Average Cost of Cremation in Illinois: $1,949
This seventeenth edition of comprehensive guides to scattering ashes is focused on the state of Illinois, the ‘Land of Lincoln’. This amazing state is home to stunning rivers and lakes, beautiful plains, great food, and the dynamic city of Chicago!
In Illinois and most other states throughout the country, more and more people are choosing to be cremated after they pass and have their ashes scattered by family or friends. In line with this growing trend, funeral directors throughout Illinois are frequently asked many questions about scattering ashes. This includes whether or not they are allowed to scatter, where this can be done in Illinois, and what urn or container should be used to scatter? In this state guide we provide key information that answers these questions and many others.
Regulations in Illinois for Scattering Ashes
According to Illinois state law, you may store ashes in a grave, crypt, or niche. If you want to scatter ashes, this can be done in a legally established area for scattering (like a scattering garden in a cemetery), or “in any manner whatever on the private property of a consenting owner”. Always use common sense when scattering and be respectful to others - avoid scattering near crowds or where many people congregate. Also, it’s important to note that the process of cremation makes ashes harmless and they don’t pose a health threat.
Where to Scatter Ashes in Illinois?
Many people want to be scattered at a place that has special meaning to them or their family, or at another beautiful location outdoors. In Illinois, there are many great locations to be scattered – below we’ve highlighted a few of the more popular ones.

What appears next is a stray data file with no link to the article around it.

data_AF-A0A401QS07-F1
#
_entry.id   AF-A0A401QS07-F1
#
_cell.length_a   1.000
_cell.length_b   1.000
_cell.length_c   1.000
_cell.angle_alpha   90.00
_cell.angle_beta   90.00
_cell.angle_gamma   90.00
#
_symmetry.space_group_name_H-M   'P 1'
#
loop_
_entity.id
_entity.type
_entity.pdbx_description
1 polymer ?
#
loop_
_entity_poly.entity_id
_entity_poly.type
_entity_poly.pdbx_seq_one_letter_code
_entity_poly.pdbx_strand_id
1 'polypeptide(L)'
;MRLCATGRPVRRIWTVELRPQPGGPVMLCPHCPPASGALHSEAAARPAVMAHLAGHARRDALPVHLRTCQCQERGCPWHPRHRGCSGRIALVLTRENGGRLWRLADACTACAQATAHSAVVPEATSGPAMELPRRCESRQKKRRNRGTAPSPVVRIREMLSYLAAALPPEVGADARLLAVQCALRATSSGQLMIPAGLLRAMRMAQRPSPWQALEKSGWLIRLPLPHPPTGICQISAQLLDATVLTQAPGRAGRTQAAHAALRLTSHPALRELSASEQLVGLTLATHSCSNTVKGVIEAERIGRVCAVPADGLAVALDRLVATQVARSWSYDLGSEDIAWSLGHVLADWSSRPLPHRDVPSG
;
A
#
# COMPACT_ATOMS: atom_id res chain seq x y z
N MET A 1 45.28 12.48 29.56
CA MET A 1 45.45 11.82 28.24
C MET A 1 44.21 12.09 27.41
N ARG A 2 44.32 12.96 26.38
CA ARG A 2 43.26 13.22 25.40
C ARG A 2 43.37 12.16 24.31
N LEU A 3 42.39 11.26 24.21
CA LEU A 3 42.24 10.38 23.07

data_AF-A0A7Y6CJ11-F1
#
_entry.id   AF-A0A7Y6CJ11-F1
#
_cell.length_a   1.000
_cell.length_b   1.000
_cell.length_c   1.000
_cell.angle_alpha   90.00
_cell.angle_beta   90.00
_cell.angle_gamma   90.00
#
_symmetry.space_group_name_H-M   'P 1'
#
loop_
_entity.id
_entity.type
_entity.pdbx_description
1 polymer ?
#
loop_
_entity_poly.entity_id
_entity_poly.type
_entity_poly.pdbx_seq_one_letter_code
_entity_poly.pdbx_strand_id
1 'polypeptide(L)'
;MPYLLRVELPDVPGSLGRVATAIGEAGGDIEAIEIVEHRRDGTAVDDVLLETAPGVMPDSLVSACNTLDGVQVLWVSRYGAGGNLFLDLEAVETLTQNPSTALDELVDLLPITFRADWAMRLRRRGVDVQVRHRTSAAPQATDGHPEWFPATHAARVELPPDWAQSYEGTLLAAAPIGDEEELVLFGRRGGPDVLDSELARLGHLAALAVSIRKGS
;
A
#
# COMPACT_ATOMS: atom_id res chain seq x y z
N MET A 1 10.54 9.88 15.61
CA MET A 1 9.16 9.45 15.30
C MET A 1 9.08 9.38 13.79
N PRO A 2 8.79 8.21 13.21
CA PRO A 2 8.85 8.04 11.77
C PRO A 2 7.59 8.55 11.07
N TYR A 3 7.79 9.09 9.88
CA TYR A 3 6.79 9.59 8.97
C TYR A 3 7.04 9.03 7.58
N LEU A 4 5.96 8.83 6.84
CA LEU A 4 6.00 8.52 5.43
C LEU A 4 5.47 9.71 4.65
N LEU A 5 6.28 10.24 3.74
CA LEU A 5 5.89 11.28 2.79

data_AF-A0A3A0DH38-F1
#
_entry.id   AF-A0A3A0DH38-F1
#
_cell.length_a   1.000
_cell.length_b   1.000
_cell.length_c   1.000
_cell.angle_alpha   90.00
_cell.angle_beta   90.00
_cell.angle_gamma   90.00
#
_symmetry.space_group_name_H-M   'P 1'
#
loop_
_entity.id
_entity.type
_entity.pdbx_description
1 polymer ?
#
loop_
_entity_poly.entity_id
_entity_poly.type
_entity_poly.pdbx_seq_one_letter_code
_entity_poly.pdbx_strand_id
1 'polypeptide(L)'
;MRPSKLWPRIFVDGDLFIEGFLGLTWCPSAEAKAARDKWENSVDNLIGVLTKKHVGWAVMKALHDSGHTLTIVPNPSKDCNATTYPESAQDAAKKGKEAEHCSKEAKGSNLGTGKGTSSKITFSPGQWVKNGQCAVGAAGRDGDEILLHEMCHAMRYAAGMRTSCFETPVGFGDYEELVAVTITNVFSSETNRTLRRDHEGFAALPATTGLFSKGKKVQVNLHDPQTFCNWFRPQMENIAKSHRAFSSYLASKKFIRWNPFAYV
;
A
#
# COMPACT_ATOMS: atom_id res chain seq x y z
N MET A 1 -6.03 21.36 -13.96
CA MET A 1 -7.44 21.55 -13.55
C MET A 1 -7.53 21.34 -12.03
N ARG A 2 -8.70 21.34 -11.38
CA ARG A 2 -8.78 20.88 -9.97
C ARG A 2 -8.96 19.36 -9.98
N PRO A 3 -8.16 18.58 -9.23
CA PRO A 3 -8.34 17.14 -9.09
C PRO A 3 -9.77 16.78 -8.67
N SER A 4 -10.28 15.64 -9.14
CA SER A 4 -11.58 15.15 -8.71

- Scattering Gardens – As mentioned above, Illinois state law permits scattering ashes in a scattering garden. These are legally designated areas of a cemetery, memorial park, church, or other facility. With the increase in the amount of people being cremated, more and more scattering gardens are opening up in Illinois. A quick internet search can most likely find one or multiple locations near you.
- Private Property – Similar to most other states, in Illinois you’re allowed to scatter a loved one’s ashes on property you own. If you prefer to scatter ashes on private property that is owned by another person or organization, be sure to get their permission first.
- Public Land – If you want to scatter ashes on public land, it’s important to check with your local city or county government offices to find out if it’s permitted and if any regulations exist.
- National Parks – Many people throughout the country want to be scattered in a National Park. As every National Park has their own rules and regulations related to scattering, it’s important to check with the park ranger’s office where you want to scatter to learn if it’s possible and what permits or other requirements may need to be met.
- Water Burial – Scattering in water (commonly referred to as a ‘water burial’) is an option that’s growing in popularity nationwide. U.S. federal law requires that any ash scattering in water is performed at least 3 nautical miles from shore. In addition, the EPA needs to be notified of a water burial within 30 days of it being done.